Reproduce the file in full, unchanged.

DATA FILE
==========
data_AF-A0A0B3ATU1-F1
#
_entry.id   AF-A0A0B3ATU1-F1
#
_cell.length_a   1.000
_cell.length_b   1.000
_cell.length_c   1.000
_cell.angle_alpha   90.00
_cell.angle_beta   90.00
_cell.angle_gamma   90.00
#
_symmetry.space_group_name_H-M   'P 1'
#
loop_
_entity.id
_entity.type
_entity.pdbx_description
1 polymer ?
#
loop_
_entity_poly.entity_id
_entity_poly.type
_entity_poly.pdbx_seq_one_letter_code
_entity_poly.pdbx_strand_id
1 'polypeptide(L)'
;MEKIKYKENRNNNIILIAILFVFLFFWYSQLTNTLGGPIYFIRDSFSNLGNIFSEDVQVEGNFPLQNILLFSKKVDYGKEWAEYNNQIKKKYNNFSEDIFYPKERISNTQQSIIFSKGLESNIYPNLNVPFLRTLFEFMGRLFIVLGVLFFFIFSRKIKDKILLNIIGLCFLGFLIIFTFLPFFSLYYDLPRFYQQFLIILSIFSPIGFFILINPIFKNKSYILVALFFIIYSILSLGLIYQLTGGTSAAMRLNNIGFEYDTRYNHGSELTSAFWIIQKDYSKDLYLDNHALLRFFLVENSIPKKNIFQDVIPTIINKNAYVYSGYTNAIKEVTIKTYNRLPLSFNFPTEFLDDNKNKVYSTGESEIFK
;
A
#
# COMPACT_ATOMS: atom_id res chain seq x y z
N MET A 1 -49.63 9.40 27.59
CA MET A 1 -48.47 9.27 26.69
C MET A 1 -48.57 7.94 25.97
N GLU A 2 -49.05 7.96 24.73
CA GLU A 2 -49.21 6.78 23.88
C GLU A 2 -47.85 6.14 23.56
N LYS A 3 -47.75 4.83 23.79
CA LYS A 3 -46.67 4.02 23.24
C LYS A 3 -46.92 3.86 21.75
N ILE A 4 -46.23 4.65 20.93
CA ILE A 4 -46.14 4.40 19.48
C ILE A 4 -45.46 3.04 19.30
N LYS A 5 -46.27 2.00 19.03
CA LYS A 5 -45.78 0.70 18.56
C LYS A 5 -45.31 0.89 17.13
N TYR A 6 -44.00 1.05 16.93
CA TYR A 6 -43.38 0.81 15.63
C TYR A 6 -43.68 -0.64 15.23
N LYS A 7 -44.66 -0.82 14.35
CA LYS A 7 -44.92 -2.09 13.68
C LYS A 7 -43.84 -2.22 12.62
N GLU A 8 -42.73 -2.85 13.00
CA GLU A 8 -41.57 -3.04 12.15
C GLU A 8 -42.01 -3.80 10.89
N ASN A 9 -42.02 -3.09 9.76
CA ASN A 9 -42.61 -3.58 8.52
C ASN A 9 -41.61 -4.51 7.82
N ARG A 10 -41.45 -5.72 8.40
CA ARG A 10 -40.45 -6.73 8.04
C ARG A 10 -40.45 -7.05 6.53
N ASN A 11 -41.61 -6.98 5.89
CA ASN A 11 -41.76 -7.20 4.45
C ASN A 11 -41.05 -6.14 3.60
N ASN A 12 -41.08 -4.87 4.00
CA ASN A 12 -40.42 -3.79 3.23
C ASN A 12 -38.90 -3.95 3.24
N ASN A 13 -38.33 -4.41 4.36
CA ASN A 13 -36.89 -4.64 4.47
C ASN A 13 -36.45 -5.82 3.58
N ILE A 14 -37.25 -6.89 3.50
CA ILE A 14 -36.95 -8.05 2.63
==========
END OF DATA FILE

data_AF-A0A0B3ATU1-F1
#
_entry.id   AF-A0A0B3ATU1-F1
#
_cell.length_a   1.000
_cell.length_b   1.000
_cell.length_c   1.000
_cell.angle_alpha   90.00
_cell.angle_beta   90.00
_cell.angle_gamma   90.00
#
_symmetry.space_group_name_H-M   'P 1'
#
loop_
_entity.id
_entity.type
_entity.pdbx_description
1 polymer ?
#
loop_
_entity_poly.entity_id
_entity_poly.type
_entity_poly.pdbx_seq_one_letter_code
_entity_poly.pdbx_strand_id
1 'polypeptide(L)'
;MEKIKYKENRNNNIILIAILFVFLFFWYSQLTNTLGGPIYFIRDSFSNLGNIFSEDVQVEGNFPLQNILLFSKKVDYGKEWAEYNNQIKKKYNNFSEDIFYPKERISNTQQSIIFSKGLESNIYPNLNVPFLRTLFEFMGRLFIVLGVLFFFIFSRKIKDKILLNIIGLCFLGFLIIFTFLPFFSLYYDLPRFYQQFLIILSIFSPIGFFILINPIFKNKSYILVALFFIIYSILSLGLIYQLTGGTSAAMRLNNIGFEYDTRYNHGSELTSAFWIIQKDYSKDLYLDNHALLRFFLVENSIPKKNIFQDVIPTIINKNAYVYSGYTNAIKEVTIKTYNRLPLSFNFPTEFLDDNKNKVYSTGESEIFK
;
A
#
# COMPACT_ATOMS: atom_id res chain seq x y z
N MET A 1 -49.63 9.40 27.59
CA MET A 1 -48.47 9.27 26.69
C MET A 1 -48.57 7.94 25.97
N GLU A 2 -49.05 7.96 24.73
CA GLU A 2 -49.21 6.78 23.88
C GLU A 2 -47.85 6.14 23.56
N LYS A 3 -47.75 4.83 23.79
CA LYS A 3 -46.67 4.02 23.24
C LYS A 3 -46.92 3.86 21.75
N ILE A 4 -46.23 4.65 20.93
CA ILE A 4 -46.14 4.40 19.48
C ILE A 4 -45.46 3.04 19.30
N LYS A 5 -46.27 2.00 19.03
CA LYS A 5 -45.78 0.70 18.56
C LYS A 5 -45.31 0.89 17.13
N TYR A 6 -44.00 1.05 16.93
CA TYR A 6 -43.38 0.81 15.63
C TYR A 6 -43.68 -0.64 15.23
N LYS A 7 -44.66 -0.82 14.35
CA LYS A 7 -44.92 -2.09 13.68
C LYS A 7 -43.84 -2.22 12.62
N GLU A 8 -42.73 -2.85 13.00
CA GLU A 8 -41.57 -3.04 12.15
C GLU A 8 -42.01 -3.80 10.89
N ASN A 9 -42.02 -3.09 9.76
CA ASN A 9 -42.61 -3.58 8.52
C ASN A 9 -41.61 -4.51 7.82
N ARG A 10 -41.45 -5.72 8.40
CA ARG A 10 -40.45 -6.73 8.04
C ARG A 10 -40.45 -7.05 6.53
N ASN A 11 -41.61 -6.98 5.89
CA ASN A 11 -41.76 -7.20 4.45
C ASN A 11 -41.05 -6.14 3.60
N ASN A 12 -41.08 -4.87 4.00
CA ASN A 12 -40.42 -3.79 3.23
C ASN A 12 -38.90 -3.95 3.24
N ASN A 13 -38.33 -4.41 4.36
CA ASN A 13 -36.89 -4.64 4.47
C ASN A 13 -36.45 -5.82 3.58
N ILE A 14 -37.25 -6.89 3.50
CA ILE A 14 -36.95 -8.05 2.63